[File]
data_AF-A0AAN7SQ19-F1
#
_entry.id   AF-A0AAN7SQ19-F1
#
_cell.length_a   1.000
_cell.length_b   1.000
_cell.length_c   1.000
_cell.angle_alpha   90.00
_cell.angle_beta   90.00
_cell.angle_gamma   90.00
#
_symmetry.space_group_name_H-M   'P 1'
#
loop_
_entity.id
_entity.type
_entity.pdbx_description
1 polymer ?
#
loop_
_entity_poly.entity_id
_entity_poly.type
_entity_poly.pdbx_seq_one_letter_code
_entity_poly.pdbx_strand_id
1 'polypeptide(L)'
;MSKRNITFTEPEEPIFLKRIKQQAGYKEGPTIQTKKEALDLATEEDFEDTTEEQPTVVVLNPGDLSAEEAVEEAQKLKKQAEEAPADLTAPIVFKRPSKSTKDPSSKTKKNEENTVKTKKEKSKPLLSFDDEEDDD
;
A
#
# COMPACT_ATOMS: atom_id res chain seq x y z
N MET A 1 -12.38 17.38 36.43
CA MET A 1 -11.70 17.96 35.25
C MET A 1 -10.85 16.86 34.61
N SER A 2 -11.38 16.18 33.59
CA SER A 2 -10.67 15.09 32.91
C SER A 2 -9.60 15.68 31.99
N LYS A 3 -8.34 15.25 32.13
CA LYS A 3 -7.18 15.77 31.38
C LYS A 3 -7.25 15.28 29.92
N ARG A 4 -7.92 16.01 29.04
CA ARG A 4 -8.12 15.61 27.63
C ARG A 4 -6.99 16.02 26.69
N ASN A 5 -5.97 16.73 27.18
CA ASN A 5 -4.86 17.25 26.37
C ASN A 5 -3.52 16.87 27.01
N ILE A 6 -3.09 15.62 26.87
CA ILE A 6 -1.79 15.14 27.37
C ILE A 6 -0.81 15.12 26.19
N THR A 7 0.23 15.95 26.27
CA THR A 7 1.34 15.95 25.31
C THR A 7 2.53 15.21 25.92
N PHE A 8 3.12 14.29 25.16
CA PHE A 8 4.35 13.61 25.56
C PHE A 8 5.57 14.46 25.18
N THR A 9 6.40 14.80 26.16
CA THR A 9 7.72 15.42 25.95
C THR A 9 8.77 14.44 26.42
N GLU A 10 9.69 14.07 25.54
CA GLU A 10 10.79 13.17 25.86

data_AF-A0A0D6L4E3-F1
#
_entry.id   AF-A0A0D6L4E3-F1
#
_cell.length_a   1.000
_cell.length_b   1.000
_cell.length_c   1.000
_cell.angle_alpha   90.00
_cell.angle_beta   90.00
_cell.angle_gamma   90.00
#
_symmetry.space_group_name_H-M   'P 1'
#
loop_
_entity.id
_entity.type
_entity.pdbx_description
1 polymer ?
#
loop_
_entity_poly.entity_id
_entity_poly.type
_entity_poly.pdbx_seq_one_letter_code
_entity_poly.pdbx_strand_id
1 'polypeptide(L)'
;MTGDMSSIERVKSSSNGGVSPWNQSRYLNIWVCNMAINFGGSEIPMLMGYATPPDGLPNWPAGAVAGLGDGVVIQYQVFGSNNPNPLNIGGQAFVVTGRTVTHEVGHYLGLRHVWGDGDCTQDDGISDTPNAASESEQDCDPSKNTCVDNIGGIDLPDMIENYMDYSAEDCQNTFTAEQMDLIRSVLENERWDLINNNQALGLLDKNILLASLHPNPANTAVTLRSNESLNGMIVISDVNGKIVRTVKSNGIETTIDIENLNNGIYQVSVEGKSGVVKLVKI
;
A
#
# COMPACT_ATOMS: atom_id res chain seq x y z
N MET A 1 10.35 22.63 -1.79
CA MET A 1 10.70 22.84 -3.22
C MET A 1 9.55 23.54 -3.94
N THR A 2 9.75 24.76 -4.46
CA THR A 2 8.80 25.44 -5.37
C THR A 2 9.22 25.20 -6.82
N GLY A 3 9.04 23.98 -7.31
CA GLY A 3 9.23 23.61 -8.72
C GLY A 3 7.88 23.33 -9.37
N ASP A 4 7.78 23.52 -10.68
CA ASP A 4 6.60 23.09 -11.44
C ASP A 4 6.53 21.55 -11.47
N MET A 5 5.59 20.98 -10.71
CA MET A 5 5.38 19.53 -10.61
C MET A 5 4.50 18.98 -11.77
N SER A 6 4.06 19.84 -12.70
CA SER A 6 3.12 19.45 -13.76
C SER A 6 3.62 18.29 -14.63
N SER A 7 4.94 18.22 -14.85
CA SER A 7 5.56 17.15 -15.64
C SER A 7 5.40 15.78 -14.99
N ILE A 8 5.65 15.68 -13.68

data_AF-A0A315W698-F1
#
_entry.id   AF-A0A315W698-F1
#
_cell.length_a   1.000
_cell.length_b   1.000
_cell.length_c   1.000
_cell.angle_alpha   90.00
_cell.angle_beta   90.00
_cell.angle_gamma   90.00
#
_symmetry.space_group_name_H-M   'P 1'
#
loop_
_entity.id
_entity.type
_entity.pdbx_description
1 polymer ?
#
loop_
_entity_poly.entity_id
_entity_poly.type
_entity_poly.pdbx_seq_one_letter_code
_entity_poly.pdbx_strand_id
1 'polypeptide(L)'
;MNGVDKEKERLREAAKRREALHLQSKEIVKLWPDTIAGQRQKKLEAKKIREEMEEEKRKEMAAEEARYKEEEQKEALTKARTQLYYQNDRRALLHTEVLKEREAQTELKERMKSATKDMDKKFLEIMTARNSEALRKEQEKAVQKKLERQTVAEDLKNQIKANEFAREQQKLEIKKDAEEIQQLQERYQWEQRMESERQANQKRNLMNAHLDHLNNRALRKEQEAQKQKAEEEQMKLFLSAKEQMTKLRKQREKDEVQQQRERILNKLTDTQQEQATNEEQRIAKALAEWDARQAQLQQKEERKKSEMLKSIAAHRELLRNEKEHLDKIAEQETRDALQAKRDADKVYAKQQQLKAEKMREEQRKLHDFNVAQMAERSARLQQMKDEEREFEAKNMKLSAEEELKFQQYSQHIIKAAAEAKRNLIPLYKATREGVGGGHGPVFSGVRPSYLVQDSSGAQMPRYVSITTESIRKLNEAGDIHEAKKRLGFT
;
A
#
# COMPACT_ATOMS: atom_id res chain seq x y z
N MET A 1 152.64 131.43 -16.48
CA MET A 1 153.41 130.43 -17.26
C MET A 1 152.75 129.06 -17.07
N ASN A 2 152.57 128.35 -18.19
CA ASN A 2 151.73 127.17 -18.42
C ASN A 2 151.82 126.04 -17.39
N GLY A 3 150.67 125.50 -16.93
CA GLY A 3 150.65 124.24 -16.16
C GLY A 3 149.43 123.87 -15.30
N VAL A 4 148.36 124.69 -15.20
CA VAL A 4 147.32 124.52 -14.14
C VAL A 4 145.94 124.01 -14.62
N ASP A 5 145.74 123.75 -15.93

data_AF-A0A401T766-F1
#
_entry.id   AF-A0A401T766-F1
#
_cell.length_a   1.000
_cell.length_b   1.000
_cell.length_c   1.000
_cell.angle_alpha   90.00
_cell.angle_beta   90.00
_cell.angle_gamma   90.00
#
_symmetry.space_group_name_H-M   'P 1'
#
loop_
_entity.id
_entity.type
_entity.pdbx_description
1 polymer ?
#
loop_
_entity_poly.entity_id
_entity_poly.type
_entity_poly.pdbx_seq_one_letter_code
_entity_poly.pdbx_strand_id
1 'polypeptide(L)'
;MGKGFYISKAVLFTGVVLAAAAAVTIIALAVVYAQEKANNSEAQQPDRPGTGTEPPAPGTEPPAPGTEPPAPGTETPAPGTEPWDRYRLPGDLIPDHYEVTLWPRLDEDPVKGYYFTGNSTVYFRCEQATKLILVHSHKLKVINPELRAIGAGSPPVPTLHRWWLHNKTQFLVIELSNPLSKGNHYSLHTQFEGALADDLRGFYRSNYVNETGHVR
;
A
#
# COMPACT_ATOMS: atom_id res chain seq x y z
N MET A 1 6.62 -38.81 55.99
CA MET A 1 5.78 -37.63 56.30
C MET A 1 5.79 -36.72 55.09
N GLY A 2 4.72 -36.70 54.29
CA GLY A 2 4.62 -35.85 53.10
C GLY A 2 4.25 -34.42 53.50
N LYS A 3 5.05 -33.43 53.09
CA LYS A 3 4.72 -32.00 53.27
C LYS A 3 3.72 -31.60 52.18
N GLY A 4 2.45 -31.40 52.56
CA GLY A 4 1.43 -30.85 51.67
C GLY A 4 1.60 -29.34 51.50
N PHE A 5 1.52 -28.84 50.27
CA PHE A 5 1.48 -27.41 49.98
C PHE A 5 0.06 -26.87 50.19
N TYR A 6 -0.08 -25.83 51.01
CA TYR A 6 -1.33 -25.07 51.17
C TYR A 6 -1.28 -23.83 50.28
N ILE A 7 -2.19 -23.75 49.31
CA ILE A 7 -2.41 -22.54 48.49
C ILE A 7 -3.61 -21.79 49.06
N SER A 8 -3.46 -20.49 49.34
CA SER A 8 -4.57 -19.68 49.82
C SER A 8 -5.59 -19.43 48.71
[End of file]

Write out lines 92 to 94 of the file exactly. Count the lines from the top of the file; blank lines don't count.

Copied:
C MET A 1 9.55 23.54 -3.94
N THR A 2 9.75 24.76 -4.46
CA THR A 2 8.80 25.44 -5.37